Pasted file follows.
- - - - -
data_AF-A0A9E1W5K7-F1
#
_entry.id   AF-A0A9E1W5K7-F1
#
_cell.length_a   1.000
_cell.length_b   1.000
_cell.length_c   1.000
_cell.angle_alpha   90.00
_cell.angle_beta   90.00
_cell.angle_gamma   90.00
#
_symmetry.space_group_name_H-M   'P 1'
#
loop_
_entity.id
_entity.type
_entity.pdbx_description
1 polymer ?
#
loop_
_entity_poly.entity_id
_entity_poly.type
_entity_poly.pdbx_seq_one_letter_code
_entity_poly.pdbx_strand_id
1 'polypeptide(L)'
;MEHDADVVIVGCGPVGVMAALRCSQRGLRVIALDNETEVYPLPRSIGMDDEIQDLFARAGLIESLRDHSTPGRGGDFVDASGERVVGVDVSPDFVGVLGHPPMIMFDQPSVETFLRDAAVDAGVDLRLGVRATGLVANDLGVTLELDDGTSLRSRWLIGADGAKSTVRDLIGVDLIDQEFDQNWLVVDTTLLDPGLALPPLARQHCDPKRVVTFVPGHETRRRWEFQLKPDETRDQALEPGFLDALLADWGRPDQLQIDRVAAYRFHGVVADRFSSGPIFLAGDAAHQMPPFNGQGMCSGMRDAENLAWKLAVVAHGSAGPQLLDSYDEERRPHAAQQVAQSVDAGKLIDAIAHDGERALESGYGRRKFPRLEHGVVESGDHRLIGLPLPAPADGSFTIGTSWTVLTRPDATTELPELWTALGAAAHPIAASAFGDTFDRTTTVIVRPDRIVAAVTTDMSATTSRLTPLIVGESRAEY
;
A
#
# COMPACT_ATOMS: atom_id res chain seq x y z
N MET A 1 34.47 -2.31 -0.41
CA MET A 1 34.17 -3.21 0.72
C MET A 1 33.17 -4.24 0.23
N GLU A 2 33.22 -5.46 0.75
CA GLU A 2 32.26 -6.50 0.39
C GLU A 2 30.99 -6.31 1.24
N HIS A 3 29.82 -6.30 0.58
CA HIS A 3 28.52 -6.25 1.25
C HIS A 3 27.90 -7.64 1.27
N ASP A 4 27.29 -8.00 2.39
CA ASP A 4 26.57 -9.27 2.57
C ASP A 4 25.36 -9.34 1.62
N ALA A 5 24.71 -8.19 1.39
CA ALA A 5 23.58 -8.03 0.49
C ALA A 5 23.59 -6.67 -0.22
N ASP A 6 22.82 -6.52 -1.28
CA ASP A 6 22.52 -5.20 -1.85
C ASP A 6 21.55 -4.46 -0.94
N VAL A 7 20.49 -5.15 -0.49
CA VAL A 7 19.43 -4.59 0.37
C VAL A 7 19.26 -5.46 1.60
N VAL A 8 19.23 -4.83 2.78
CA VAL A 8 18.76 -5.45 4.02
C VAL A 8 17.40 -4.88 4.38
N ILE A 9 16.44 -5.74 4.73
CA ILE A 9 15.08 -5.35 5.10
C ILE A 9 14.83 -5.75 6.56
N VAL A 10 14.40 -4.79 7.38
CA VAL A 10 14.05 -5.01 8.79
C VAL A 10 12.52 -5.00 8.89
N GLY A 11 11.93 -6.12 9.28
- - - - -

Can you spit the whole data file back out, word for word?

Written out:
data_AF-A0A9E1W5K7-F1
#
_entry.id   AF-A0A9E1W5K7-F1
#
_cell.length_a   1.000
_cell.length_b   1.000
_cell.length_c   1.000
_cell.angle_alpha   90.00
_cell.angle_beta   90.00
_cell.angle_gamma   90.00
#
_symmetry.space_group_name_H-M   'P 1'
#
loop_
_entity.id
_entity.type
_entity.pdbx_description
1 polymer ?
#
loop_
_entity_poly.entity_id
_entity_poly.type
_entity_poly.pdbx_seq_one_letter_code
_entity_poly.pdbx_strand_id
1 'polypeptide(L)'
;MEHDADVVIVGCGPVGVMAALRCSQRGLRVIALDNETEVYPLPRSIGMDDEIQDLFARAGLIESLRDHSTPGRGGDFVDASGERVVGVDVSPDFVGVLGHPPMIMFDQPSVETFLRDAAVDAGVDLRLGVRATGLVANDLGVTLELDDGTSLRSRWLIGADGAKSTVRDLIGVDLIDQEFDQNWLVVDTTLLDPGLALPPLARQHCDPKRVVTFVPGHETRRRWEFQLKPDETRDQALEPGFLDALLADWGRPDQLQIDRVAAYRFHGVVADRFSSGPIFLAGDAAHQMPPFNGQGMCSGMRDAENLAWKLAVVAHGSAGPQLLDSYDEERRPHAAQQVAQSVDAGKLIDAIAHDGERALESGYGRRKFPRLEHGVVESGDHRLIGLPLPAPADGSFTIGTSWTVLTRPDATTELPELWTALGAAAHPIAASAFGDTFDRTTTVIVRPDRIVAAVTTDMSATTSRLTPLIVGESRAEY
;
A
#
# COMPACT_ATOMS: atom_id res chain seq x y z
N MET A 1 34.47 -2.31 -0.41
CA MET A 1 34.17 -3.21 0.72
C MET A 1 33.17 -4.24 0.23
N GLU A 2 33.22 -5.46 0.75
CA GLU A 2 32.26 -6.50 0.39
C GLU A 2 30.99 -6.31 1.24
N HIS A 3 29.82 -6.30 0.58
CA HIS A 3 28.52 -6.25 1.25
C HIS A 3 27.90 -7.64 1.27
N ASP A 4 27.29 -8.00 2.39
CA ASP A 4 26.57 -9.27 2.57
C ASP A 4 25.36 -9.34 1.62
N ALA A 5 24.71 -8.19 1.39
CA ALA A 5 23.58 -8.03 0.49
C ALA A 5 23.59 -6.67 -0.22
N ASP A 6 22.82 -6.52 -1.28
CA ASP A 6 22.52 -5.20 -1.85
C ASP A 6 21.55 -4.46 -0.94
N VAL A 7 20.49 -5.15 -0.49
CA VAL A 7 19.43 -4.59 0.37
C VAL A 7 19.26 -5.46 1.60
N VAL A 8 19.23 -4.83 2.78
CA VAL A 8 18.76 -5.45 4.02
C VAL A 8 17.40 -4.88 4.38
N ILE A 9 16.44 -5.74 4.73
CA ILE A 9 15.08 -5.35 5.10
C ILE A 9 14.83 -5.75 6.56
N VAL A 10 14.40 -4.79 7.38
CA VAL A 10 14.05 -5.01 8.79
C VAL A 10 12.52 -5.00 8.89
N GLY A 11 11.93 -6.12 9.28